Underdog’s Corner – Rona, Disciple of Gix

The Main Event

Hello, one and all, and welcome back to another edition of the Underdog’s Corner! Today is the day many of you have been waiting for, and I hope I don’t disappoint. If you have never read this series before, I am here to highlight underappreciated, unloved, or forgotten commanders, and give them a new breath of life. For those who have followed this series for the past two and a half months, I’ve recently covered a variety of underdogs from the latest expert-level expansion, Dominaria. Dominaria brought with it forty-four new legendary creatures! With that many, some were bound to be left behind. While I have covered many various legends, there’s one legend that has been requested more than any other. Today is finally the day we cover that commander. Ladies, gentlemen, children of all ages, I give you: Rona, Disciple of Gix!


Rona, Disciple of Gix

During EDHREC’s Dominaria spoiler coverage, I wrote our review of the gold uncommon cycle of which Rona is a member. In that review, I mostly panned Rona as being “more weird than good.” This evaluation only emboldened her fans, who have asked to see my spin on a Rona deck – hence today’s article. Before getting to her card, let’s take a brief look at her stats. With 14 decks to her name, she’s the 39th most popular commander from Dominaria, which is to say she’s the sixth least popular commander from Dominaria. If we compare her to other blue-black commanders, she is the fourth least-played. Now let’s take a look at what we’re working with:

You may cast nonland cards exiled with Rona.

This line of text is exciting, but before we go into further detail, we need to understand how Rona exiles cards.

When Rona, Disciple of Gix enters the battlefield, you
may exile
target historic card from your graveyard.
(Artifacts, legendaries, and Sagas are historic.)

There we go. Rona lets us recycle our busted-up artifacts, legends, planeswalkers, story books, etc. just by coming into play. If she’s able to survive a round at the table – or if we have extra mana after we cast her – she’s effectively a limited Eternal Witness, which is still really good.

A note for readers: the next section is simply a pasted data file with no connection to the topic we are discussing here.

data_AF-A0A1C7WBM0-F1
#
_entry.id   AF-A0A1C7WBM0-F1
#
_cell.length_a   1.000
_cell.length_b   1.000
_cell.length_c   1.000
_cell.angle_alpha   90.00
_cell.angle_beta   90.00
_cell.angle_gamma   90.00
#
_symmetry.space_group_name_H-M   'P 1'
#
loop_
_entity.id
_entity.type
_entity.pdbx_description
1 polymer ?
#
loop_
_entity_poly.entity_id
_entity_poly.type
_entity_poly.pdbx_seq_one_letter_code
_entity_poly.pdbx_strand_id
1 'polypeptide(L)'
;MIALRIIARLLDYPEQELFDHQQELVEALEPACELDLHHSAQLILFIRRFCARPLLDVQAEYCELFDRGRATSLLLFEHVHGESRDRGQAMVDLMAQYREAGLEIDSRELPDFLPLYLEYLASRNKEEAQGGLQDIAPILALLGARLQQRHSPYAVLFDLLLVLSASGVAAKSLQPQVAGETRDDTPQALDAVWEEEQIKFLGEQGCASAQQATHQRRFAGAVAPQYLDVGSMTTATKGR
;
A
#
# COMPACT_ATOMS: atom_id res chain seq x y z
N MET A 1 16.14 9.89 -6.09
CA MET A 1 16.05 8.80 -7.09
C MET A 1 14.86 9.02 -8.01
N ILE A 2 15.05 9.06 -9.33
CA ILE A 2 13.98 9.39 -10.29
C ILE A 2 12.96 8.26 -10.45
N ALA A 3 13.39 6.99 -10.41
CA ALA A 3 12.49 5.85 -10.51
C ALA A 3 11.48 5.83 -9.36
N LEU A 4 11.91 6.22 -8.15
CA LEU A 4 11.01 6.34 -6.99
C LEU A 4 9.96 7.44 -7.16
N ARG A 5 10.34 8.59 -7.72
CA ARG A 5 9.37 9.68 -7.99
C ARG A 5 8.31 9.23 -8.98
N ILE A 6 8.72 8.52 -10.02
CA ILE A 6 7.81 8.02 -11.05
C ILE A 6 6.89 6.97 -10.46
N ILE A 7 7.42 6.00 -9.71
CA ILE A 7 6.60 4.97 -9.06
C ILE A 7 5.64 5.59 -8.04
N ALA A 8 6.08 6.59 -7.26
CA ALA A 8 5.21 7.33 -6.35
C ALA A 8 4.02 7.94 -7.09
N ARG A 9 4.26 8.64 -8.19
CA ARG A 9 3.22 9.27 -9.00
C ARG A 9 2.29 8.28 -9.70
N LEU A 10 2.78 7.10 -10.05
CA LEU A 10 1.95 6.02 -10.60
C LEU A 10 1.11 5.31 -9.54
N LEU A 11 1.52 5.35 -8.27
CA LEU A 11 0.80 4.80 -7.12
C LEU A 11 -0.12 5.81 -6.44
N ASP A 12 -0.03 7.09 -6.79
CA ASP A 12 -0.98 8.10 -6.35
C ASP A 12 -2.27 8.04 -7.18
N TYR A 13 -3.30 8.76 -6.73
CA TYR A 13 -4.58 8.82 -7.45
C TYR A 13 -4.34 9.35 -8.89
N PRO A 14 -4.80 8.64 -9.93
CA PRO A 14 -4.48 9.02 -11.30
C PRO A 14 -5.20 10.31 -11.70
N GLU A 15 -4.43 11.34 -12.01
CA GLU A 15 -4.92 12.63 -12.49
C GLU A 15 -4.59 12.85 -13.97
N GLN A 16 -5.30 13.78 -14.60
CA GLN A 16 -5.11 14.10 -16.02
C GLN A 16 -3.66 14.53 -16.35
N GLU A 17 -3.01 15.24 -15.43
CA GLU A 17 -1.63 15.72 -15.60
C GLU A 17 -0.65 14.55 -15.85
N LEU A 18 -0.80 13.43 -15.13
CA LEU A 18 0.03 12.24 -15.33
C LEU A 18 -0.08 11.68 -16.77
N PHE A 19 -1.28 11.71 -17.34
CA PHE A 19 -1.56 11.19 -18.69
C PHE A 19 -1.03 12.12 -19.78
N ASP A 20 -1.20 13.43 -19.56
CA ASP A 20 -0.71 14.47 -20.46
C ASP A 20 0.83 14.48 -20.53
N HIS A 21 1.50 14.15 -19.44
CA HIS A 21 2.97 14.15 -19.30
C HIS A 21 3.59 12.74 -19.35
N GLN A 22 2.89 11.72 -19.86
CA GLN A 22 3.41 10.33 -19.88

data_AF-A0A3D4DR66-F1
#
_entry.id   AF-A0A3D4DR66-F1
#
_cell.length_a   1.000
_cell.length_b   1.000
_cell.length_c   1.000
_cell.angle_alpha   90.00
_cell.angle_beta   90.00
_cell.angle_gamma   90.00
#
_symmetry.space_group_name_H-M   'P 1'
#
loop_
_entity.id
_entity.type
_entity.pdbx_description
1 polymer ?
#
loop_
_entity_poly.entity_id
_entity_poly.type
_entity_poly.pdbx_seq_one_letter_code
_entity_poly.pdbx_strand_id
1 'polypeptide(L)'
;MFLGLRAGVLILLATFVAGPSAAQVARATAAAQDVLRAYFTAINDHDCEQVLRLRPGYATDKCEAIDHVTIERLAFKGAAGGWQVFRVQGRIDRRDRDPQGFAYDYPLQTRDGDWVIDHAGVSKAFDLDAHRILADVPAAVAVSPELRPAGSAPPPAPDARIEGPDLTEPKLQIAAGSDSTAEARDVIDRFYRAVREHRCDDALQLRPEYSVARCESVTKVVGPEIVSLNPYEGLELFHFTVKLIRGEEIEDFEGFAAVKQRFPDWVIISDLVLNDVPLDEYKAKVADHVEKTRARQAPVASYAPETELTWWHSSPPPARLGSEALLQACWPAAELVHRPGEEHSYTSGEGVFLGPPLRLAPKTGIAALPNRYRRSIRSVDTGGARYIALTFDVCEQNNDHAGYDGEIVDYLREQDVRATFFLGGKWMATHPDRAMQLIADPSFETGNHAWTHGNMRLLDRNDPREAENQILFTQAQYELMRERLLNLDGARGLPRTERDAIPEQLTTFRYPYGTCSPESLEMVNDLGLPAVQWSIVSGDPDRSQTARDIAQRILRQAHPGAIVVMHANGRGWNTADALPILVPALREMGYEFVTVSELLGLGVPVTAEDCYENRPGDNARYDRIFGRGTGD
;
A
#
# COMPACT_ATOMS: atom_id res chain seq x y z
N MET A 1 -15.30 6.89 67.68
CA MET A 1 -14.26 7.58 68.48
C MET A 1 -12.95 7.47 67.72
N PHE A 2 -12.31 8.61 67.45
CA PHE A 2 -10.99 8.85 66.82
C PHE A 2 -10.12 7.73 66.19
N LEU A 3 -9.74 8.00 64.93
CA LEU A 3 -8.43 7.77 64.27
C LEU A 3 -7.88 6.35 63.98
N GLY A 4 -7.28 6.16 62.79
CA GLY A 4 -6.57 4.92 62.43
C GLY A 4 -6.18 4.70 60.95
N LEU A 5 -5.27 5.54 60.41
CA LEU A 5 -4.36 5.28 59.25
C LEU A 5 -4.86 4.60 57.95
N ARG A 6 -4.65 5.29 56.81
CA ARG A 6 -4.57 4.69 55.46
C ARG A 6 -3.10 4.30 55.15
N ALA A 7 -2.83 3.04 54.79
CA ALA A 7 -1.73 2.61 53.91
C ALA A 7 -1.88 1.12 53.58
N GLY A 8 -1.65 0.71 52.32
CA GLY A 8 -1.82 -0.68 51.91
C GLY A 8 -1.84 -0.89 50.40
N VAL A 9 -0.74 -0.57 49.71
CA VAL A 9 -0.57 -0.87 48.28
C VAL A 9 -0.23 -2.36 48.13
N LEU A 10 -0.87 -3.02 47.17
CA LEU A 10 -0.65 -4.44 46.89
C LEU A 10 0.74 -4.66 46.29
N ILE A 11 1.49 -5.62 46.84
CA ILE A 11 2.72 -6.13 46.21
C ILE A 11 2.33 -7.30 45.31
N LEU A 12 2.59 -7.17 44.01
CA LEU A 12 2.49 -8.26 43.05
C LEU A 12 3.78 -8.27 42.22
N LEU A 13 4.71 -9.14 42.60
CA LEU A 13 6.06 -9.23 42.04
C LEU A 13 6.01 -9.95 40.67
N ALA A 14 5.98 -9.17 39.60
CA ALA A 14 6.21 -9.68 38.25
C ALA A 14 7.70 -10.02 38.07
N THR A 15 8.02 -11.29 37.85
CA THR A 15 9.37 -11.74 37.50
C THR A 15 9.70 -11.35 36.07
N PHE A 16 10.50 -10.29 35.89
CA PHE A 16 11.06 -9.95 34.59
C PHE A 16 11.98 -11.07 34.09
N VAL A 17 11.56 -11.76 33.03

{4}, T: Exile the top card of your library.

Luckily for power balance, and unluckily for Spikes everywhere, Rona needs to tap to use her ability, which significantly nerfs its power and utility. However, that’s not the worst thing in the world. Otherwise, she’d be akin to a blue-black Thrasios, Triton Hero.

Not only is Rona a pseudo-E-Wit, but she can also function as a kind of Azure Mage. Her last ability always trips me up, especially combined with the former. While Rona can only exile historic cards when she enters the battlefield, she can actually cast any type of nonland card from exile. That means if we exile an instant or sorcery with her tap ability, we can still cast it. Also, notice the word “cast.” There is a significant chance that we’ll whiff by exiling a land, which Rona doesn’t allow us to play from exile. Let’s be optimistic about that, though; by the time we’re consistently using Rona’s tap ability, we’ll be wanting to draw gas on our turns anyway, and by exiling lands, she’ll clear those cards away for better draws.

We do need to make one major observation before moving on. If Rona leaves the battlefield for any reason, be it blink, destruction, or returning to the command zone, every card exiled by her is lost forever. She isn’t Mairsil, the Pretender. This is because Rona becomes a “new object” once she enters the battlefield again, and as such, will only have memory of cards she has exiled during her current stint on the battlefield. If you have questions about the implications of that, leave me a comment!

However, I’m not here to talk about what Rona isn’t, I’m here to talk about what she is. Rona is a Frankenstein-style mash-up of abilities, and I’ve spent a lot of time trying to figure her out. She’s definitely weird, but I think the biggest hurdle for me personally is that it’s tough to evaluate her in a different light. Many people choose a commander because its abilities are of interest to them. Because of this, most players want to play their commanders out often and early, to fully leverage a deck’s theme. This compounds even more when a commander has a low converted mana cost. The lower the cost, the faster we can play them. That’s typically how I think about commanders.

However, I don’t think that’s where Rona fits, and I believe that’s why I’ve struggled so much with her. Rona isn’t meant to be an early game piece. She strikes me as a card that will be subtly powerful in the mid-to-late game, where she functions as accessible recursion and (albeit limited) draw power. So what do we do with her?


Toys and Trinkets

Rona falls into a color combination that is well-known for its artifact synergies, so we are left with a ton of options from which to pick. First and foremost, let’s remind ourselves that Rona can only cast exiled cards for as long she remains on the battlefield, and if she leaves, we lose those cards forever. This consideration pushes us in a few directions. The first is that we aim to exile cards that she can immediately replay.